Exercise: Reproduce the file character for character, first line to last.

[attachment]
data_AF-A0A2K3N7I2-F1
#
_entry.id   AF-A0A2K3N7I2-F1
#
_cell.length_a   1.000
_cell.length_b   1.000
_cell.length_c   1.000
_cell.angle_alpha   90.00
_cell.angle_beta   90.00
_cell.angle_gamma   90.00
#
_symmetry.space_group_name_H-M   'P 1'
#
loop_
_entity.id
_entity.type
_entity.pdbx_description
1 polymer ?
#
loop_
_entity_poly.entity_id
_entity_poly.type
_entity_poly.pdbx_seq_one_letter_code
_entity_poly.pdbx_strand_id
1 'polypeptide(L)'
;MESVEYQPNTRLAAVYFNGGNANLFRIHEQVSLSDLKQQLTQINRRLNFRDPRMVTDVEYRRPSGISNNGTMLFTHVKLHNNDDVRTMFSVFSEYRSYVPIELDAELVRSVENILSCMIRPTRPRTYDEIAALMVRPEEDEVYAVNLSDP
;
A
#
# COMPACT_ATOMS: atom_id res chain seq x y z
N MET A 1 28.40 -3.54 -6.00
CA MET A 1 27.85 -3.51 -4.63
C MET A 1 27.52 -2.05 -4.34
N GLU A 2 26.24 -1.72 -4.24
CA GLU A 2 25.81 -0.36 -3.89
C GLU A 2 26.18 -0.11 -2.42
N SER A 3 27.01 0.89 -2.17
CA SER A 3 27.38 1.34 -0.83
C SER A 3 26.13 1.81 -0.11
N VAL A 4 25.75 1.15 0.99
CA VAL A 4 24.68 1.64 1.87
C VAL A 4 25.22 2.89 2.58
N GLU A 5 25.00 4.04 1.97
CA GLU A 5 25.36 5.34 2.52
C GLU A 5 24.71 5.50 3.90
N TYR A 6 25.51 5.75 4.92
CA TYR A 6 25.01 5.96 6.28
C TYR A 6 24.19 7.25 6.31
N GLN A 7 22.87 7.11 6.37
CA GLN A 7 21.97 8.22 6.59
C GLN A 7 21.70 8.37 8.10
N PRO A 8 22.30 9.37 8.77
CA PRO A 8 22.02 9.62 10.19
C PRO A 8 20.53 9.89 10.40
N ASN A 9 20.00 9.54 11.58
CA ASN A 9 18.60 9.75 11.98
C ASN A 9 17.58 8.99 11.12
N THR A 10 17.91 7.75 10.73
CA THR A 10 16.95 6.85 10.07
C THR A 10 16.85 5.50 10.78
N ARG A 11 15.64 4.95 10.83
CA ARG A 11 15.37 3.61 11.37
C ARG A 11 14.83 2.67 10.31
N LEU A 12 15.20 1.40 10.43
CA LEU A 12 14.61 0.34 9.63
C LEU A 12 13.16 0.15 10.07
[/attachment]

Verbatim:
data_AF-A0A2K3N7I2-F1
#
_entry.id   AF-A0A2K3N7I2-F1
#
_cell.length_a   1.000
_cell.length_b   1.000
_cell.length_c   1.000
_cell.angle_alpha   90.00
_cell.angle_beta   90.00
_cell.angle_gamma   90.00
#
_symmetry.space_group_name_H-M   'P 1'
#
loop_
_entity.id
_entity.type
_entity.pdbx_description
1 polymer ?
#
loop_
_entity_poly.entity_id
_entity_poly.type
_entity_poly.pdbx_seq_one_letter_code
_entity_poly.pdbx_strand_id
1 'polypeptide(L)'
;MESVEYQPNTRLAAVYFNGGNANLFRIHEQVSLSDLKQQLTQINRRLNFRDPRMVTDVEYRRPSGISNNGTMLFTHVKLHNNDDVRTMFSVFSEYRSYVPIELDAELVRSVENILSCMIRPTRPRTYDEIAALMVRPEEDEVYAVNLSDP
;
A
#
# COMPACT_ATOMS: atom_id res chain seq x y z
N MET A 1 28.40 -3.54 -6.00
CA MET A 1 27.85 -3.51 -4.63
C MET A 1 27.52 -2.05 -4.34
N GLU A 2 26.24 -1.72 -4.24
CA GLU A 2 25.81 -0.36 -3.89
C GLU A 2 26.18 -0.11 -2.42
N SER A 3 27.01 0.89 -2.17
CA SER A 3 27.38 1.34 -0.83
C SER A 3 26.13 1.81 -0.11
N VAL A 4 25.75 1.15 0.99
CA VAL A 4 24.68 1.64 1.87
C VAL A 4 25.22 2.89 2.58
N GLU A 5 25.00 4.04 1.97
CA GLU A 5 25.36 5.34 2.52
C GLU A 5 24.71 5.50 3.90
N TYR A 6 25.51 5.75 4.92
CA TYR A 6 25.01 5.96 6.28
C TYR A 6 24.19 7.25 6.31
N GLN A 7 22.87 7.11 6.37
CA GLN A 7 21.97 8.22 6.59
C GLN A 7 21.70 8.37 8.10
N PRO A 8 22.30 9.37 8.77
CA PRO A 8 22.02 9.62 10.19
C PRO A 8 20.53 9.89 10.40
N ASN A 9 20.00 9.54 11.58
CA ASN A 9 18.60 9.75 11.98
C ASN A 9 17.58 8.99 11.12
N THR A 10 17.91 7.75 10.73
CA THR A 10 16.95 6.85 10.07
C THR A 10 16.85 5.50 10.78
N ARG A 11 15.64 4.95 10.83
CA ARG A 11 15.37 3.61 11.37
C ARG A 11 14.83 2.67 10.31
N LEU A 12 15.20 1.40 10.43
CA LEU A 12 14.61 0.34 9.63
C LEU A 12 13.16 0.15 10.07